Background Virtual Reality (VR) balance training may have advantages over regular exercise training in older adults. However, results so far are conflicting potentially due to the lack of challenge imposed by the movements in those games. Therefore, the aim of this study was to assess to which extent two similar skiing games challenge balance, as reflected in center of mass (COM) movements relative to their Functional Limits of Stability (FLOS). Methods Thirty young and elderly participants performed two skiing games, one on the Wii Balance board (Wiiski), which uses a force plate, and one with the Kinect sensor (Kinski), which performs motion tracking. During gameplay, kinematics were captured using seven opto-electronical cameras. FLOS were obtained for eight directions. The influence of games and trials on COM displacement in each of the eight directions, and maximal COM speed, were tested with Generalized Estimated Equations. Results In all directions with anterior and medio-lateral, but not with a posterior component, subjects showed significantly larger maximal %FLOS displacements during the Kinski game than during the Wiiski game. Furthermore, maximal COM displacement, and COM speed in Kinski remained similar or increased over trials, whereas for Wiiski it decreased. Conclusions Our results show the importance of assessing the movement challenge in games used for balance training. Similar games impose different challenges, with the control sensors and their gain settings playing an important role. Furthermore, adaptations led to a decrease in challenge in Wiiski, which might limit the effectiveness of the game as a balance-training tool.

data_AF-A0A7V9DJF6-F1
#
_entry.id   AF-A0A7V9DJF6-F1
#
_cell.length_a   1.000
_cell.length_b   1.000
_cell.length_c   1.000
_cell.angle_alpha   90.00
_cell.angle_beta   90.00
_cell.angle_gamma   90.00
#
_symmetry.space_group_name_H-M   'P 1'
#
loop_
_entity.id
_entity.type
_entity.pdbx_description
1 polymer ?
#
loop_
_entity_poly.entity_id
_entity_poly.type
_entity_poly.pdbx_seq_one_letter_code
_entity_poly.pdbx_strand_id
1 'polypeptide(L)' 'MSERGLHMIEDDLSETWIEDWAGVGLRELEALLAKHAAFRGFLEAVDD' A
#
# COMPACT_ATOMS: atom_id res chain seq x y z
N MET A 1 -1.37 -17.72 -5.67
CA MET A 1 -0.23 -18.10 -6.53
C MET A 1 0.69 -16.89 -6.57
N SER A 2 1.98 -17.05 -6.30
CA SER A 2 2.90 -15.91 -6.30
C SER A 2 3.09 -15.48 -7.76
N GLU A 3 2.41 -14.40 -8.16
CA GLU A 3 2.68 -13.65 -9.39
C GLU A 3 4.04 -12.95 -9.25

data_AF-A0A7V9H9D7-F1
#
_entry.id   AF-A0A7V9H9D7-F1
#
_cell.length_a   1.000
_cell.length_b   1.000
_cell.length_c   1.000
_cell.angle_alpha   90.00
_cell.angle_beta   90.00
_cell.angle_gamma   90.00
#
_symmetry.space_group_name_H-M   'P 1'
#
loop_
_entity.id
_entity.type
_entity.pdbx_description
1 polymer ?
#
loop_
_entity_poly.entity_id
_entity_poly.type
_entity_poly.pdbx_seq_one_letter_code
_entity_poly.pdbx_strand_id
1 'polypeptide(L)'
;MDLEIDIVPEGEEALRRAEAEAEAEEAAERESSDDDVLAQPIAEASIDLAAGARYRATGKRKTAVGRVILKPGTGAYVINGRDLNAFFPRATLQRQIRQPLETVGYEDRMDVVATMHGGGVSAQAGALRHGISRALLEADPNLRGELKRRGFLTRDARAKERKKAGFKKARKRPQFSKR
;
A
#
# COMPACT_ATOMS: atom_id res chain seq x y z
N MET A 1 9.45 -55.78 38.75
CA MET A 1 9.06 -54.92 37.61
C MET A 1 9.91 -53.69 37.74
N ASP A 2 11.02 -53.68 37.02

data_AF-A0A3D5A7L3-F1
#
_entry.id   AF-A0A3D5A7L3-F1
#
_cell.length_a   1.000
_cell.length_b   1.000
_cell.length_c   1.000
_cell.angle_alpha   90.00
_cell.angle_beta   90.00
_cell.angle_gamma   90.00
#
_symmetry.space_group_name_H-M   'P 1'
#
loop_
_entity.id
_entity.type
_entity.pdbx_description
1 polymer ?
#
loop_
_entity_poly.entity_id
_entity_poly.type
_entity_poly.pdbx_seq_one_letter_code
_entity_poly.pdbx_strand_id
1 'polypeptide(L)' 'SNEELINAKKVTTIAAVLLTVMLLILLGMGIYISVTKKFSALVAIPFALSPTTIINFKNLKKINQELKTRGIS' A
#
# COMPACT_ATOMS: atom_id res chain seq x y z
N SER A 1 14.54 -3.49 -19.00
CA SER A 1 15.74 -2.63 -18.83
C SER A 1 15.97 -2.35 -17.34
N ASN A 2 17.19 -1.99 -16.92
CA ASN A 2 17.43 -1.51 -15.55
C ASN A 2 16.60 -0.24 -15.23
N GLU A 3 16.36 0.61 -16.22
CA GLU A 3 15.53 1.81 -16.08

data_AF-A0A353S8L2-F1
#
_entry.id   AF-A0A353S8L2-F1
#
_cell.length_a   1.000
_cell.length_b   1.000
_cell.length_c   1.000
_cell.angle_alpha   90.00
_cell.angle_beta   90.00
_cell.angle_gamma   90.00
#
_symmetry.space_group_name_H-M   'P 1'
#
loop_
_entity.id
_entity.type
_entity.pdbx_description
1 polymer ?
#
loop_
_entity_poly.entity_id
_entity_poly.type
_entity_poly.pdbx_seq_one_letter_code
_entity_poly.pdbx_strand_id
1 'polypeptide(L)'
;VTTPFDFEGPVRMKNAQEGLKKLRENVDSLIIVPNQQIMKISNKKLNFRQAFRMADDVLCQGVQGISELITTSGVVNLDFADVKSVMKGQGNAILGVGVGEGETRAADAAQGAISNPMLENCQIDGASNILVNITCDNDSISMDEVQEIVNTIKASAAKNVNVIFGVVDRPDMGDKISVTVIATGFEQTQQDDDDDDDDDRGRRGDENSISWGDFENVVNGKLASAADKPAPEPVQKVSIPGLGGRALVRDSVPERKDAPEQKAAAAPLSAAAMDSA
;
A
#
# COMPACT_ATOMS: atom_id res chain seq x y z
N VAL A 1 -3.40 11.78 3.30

- Balance training
- Virtual reality